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In trying to solve one large problem — namely, the Right 2 Dream Too homeless camp that’s anchored itself at the Chinatown gate — Portland city officials are on the verge of creating a new and potentially larger problem to take its place.

City leaders cannot be blamed for trying to address an intolerable situation, but their actions to date demonstrate they lack a higher-level and longer-term strategy for dealing with the homeless population in Portland.

The city has been playing catch-up every step of the way as it first tried to prevent and now attempts to relocate the Right 2 Dream Too encampment. The latest plan is to move the campground to a city-owned parking lot beneath the Broadway Bridge ramp.

Predictably, the neighbors of that site are less than enthused about having a homeless camp nearby. The Pearl District Neighborhood Association already is pledging to take the city to court if it proceeds with the camp’s relocation.

Pearl District representatives argue, quite logically, that if Right 2 Dream Too is illegal in its present location, it also will be illegal a few blocks to the north. City Commissioner Amanda Fritz, who brokered the deal to move Right 2 Dream Too, is now countering that the camp would have been legal on its current, private lot in Old Town/Chinatown if only the owner of the site had gone through the land-use process.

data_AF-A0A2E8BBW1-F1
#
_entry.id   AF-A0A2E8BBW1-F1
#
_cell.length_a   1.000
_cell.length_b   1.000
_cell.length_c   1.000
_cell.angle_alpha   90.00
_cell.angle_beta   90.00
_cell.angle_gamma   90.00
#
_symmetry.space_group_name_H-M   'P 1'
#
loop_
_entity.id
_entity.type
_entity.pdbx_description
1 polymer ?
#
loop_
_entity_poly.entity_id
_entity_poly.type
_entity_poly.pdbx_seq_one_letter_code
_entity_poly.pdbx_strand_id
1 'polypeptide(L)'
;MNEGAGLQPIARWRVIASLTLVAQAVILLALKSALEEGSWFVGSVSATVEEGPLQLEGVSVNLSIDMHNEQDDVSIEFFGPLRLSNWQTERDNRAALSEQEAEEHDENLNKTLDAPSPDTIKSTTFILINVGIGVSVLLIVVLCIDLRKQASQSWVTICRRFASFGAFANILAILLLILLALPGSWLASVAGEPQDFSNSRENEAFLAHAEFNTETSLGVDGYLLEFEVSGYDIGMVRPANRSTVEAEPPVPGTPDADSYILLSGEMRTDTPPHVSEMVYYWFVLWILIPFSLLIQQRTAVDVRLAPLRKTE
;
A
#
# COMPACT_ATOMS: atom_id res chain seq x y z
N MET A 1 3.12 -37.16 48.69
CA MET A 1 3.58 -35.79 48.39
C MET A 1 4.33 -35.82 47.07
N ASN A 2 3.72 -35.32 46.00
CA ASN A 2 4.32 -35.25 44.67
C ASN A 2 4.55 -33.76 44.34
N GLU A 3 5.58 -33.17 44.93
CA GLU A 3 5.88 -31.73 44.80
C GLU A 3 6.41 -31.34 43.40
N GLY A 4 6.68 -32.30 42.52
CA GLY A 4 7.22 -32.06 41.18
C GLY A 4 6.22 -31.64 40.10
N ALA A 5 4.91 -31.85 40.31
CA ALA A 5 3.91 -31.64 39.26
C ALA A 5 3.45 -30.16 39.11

Our own reporting, however, tells a different story. Officials from the Bureau Of Development Services did everything they could 18 months ago to deter Right 2 Dream Too. We happen to agree with them on that score, but Fritz cannot rewrite history as a way of justifying the move to the Broadway Bridge. After all, the city has levied more than $20,000 in fines against the owners of the Right 2 Dream Too site, even as it now tries to buy the land to facilitate the move.

Let’s be clear on two points: First, Right 2 Dream Too is a hindrance to business and development in downtown Portland and it ought to be relocated. Second, a move to the Broadway Bridge site, while it may clear the way for redevelopment of the Grove Hotel in Old Town, solves nothing. It simply shifts the problem to a new location.

City officials are grasping for a solution, but they also must think about the long-term consequences of shortsighted actions. Portland needs a grander vision for how to deal with the homeless population — providing shelter and services for those who accept them, and moving away from makeshift campgrounds that detract from their surrounding neighborhoods.

One possibility that’s been discussed is to repurpose the never-used Wapato Jail in North Portland as a shelter and service hub for the homeless. The $58 million facility has plenty of rooms, beds, bathrooms and an industrial-size kitchen. It sits on a large parcel of land and has capacity for social-service agencies to house offices or staff there. Plus, Multnomah County already spends money to keep the jail mothballed.

Wapato is somewhat distant from downtown service providers, but Portland is supposed to be known for its innovative transportation. Surely, the community can provide a few shuttle buses to travel back and forth to the site.

Whether a long-term strategy involves Wapato or not, it’s obvious that Portland’s 10-year plan to end homelessness — a plan that is now nearly 10 years old — did not receive the resources necessary to achieve its goal. This city must not look for quick and seemingly easy remedies to problems such as Right 2 Dream Too. Instead, it should focus attention on a larger vision for helping the homeless — a vision that doesn’t include creating a burden for individual neighborhoods.

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